This past Friday morning police in Oak Bluffs police were called to a location on a report of a dead body. When they arrived they went to a bedroom where they observed the body of a fifty year old man. Based on the presence of Drug Paraphernalia including baggies and a syringe officer believed that the man may have died of a drug overdose. The deceased’s roommate, Mathew Hubert was at the scene. Police reported that Hubert would obtain five hundred bags of Heroin from a source in western Massachusetts and would sell them at the cape. Hubert was immediately arrested when officers found a Class B drug and some Heroin in Hubert’s room. The police then secured a Search Warrant. They executed the warrant at the home and found evidence sufficient to file a criminal complaint for Trafficking Heroin, a Class A substance.
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Here is something that immediately crosses my mind when reading this article. Absent a statement from the suspect, Mr. Hubert, how do the police know that he is in fact the person who was trafficking drugs as opposed to his deceased roommate? The simple answer is that the police do not. Both the decedent and Hubert used heroin. The police arrived at the home after receiving a call about a dead body. They were not at that time investigating heroin trafficking. It appears that the only evidence that the police have relative to Hubert and drugs is his admission that he had used heroin a couple of hours earlier and that there were drugs in his room at the time of his arrest. The quantity of those drugs led authorities to charge him with possession, not trafficking. Presumably, the trafficking charges stem from items located during the execution of the Search Warrant. These items can be attributed to Hubert’s roommate as easily as they can to him. I am curious to see whether or not these charges can survive a challenge on the basis of their sufficiency.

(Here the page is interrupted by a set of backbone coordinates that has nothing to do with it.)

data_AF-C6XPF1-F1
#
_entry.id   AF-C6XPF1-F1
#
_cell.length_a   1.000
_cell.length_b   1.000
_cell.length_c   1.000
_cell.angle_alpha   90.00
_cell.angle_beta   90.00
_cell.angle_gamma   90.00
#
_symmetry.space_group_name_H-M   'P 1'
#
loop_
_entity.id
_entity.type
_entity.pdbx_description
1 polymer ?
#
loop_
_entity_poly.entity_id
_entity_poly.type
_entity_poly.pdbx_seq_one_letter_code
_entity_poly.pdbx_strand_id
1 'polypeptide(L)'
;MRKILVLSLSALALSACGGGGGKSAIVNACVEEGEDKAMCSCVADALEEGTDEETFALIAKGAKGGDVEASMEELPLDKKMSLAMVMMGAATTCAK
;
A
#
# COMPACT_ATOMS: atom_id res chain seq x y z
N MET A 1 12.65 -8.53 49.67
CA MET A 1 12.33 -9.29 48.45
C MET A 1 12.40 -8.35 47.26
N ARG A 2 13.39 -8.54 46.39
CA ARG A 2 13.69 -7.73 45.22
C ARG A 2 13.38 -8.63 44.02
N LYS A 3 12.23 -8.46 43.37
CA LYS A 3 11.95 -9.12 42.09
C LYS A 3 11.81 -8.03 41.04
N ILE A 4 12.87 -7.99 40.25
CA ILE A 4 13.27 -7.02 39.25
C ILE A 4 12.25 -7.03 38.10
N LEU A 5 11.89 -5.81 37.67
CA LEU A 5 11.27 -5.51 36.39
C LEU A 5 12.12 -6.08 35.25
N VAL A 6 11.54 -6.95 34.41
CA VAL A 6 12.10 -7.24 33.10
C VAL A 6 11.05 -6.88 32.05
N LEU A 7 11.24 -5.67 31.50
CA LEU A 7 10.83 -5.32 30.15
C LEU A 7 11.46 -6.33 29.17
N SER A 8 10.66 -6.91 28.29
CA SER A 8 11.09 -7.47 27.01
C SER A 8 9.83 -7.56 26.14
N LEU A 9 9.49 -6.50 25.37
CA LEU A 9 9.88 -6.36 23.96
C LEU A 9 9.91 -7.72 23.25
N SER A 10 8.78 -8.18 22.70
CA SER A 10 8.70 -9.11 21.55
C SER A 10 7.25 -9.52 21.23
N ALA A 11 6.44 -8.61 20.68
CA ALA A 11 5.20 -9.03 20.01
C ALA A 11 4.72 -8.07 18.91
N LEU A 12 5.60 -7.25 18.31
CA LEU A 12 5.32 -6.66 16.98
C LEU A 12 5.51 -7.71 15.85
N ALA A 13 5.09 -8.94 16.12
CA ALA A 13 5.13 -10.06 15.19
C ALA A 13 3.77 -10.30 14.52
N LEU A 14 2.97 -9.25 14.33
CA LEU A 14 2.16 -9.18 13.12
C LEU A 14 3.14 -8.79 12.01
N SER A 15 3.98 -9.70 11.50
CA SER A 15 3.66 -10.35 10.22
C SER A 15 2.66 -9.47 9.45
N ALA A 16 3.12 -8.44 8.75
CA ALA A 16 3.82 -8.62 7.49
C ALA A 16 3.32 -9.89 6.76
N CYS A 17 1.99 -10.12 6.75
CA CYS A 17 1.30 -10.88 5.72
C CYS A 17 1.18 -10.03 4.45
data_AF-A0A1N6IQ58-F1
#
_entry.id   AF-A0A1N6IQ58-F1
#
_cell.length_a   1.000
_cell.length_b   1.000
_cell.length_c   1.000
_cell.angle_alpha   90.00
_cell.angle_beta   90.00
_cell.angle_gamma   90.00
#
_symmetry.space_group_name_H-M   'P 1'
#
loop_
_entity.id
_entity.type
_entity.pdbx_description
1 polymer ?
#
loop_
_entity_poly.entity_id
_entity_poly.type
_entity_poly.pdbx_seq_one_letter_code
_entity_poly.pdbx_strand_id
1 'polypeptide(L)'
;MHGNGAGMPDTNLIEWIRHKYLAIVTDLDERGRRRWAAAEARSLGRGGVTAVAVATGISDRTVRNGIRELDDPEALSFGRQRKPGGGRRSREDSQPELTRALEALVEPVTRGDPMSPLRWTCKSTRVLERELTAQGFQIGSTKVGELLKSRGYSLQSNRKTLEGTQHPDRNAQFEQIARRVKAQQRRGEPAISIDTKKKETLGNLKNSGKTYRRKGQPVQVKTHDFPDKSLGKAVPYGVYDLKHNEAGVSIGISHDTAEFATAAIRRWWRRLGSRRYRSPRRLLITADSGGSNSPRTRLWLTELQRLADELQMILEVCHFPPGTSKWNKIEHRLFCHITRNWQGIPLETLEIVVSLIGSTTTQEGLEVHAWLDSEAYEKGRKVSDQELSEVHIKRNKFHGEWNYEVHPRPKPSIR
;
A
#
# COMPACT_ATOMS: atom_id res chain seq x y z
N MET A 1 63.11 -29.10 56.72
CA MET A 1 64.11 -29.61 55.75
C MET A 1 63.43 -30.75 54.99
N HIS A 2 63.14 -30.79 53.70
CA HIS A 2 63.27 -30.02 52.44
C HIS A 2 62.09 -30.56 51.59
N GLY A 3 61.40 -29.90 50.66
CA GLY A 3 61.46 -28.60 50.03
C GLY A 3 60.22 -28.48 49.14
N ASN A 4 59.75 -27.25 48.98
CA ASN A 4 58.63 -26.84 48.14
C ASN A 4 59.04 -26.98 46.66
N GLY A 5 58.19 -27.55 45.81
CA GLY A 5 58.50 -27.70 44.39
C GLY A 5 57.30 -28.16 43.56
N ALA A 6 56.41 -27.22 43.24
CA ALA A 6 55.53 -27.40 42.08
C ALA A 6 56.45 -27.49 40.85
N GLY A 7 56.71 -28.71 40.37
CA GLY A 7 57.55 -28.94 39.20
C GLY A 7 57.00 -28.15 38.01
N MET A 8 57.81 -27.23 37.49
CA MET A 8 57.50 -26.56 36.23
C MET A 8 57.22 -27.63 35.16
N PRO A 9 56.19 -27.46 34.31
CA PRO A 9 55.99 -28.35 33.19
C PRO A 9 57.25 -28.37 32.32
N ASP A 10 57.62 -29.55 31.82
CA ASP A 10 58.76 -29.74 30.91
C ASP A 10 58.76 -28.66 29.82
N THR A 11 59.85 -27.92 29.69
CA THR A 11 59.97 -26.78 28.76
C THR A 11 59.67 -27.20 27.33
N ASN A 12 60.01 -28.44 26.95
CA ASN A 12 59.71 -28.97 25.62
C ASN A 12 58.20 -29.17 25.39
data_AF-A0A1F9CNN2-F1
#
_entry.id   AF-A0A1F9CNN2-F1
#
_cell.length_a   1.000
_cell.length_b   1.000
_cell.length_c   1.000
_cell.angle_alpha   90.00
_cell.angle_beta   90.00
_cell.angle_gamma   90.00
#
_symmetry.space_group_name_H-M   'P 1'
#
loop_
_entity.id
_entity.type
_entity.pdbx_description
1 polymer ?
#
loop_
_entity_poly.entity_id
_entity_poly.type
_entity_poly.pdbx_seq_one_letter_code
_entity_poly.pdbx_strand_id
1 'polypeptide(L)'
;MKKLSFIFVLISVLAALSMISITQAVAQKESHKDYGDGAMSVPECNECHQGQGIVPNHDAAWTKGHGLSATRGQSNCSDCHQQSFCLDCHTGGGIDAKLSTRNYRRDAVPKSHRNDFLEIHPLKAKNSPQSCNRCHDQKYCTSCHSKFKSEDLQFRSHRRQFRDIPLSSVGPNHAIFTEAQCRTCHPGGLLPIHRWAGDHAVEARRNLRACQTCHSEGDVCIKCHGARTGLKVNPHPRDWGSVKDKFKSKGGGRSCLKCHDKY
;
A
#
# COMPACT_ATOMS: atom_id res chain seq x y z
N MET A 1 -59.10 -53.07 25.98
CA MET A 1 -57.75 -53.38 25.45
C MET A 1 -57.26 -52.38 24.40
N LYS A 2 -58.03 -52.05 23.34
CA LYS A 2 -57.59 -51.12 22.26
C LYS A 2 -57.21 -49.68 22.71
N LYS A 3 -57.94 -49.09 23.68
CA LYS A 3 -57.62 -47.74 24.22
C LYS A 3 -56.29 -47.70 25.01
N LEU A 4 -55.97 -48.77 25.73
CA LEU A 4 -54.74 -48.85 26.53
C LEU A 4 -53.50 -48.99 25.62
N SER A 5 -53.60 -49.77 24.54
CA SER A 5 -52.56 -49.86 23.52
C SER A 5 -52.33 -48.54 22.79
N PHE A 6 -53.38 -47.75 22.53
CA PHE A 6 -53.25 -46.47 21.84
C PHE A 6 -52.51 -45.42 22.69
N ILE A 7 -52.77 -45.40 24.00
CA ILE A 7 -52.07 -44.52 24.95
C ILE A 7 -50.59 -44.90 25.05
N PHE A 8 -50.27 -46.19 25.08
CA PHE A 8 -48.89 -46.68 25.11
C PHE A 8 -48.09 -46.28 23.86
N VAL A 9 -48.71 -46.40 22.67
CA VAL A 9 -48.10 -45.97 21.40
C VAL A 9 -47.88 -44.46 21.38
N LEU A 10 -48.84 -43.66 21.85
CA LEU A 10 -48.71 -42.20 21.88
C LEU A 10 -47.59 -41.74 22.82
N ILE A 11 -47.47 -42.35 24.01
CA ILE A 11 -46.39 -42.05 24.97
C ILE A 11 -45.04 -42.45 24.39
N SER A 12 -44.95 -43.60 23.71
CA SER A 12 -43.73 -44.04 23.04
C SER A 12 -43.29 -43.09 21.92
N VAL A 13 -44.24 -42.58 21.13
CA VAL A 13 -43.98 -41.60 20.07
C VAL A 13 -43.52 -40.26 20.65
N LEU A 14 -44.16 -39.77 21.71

To prove Heroin Trafficking in Massachusetts the prosecution must prove beyond a reasonable doubt that Hubert 1) possessed Heroin, 2) that he did so with the intent to distribute the substance and 3) that the weight of the Heroin satisfied the threshold required for Trafficking. Here, there is no indication that Hubert was the person who intended to sell the material, nor did the substance found appear to reach the necessary weight to charge Trafficking Heroin. The evidence against Hubert is equally applicable to the roommate under these circumstances. Both use heroin. With heroin use often comes heroin sales so that the user can support his habit. The informant’s information will not likely be admissible at trial unless that person can provide information corroborating the theory that what the police found belonged to Hubert and was to be sold. I can see many scenarios where this case does not get prosecuted for anything more than simple Possession of Heroin.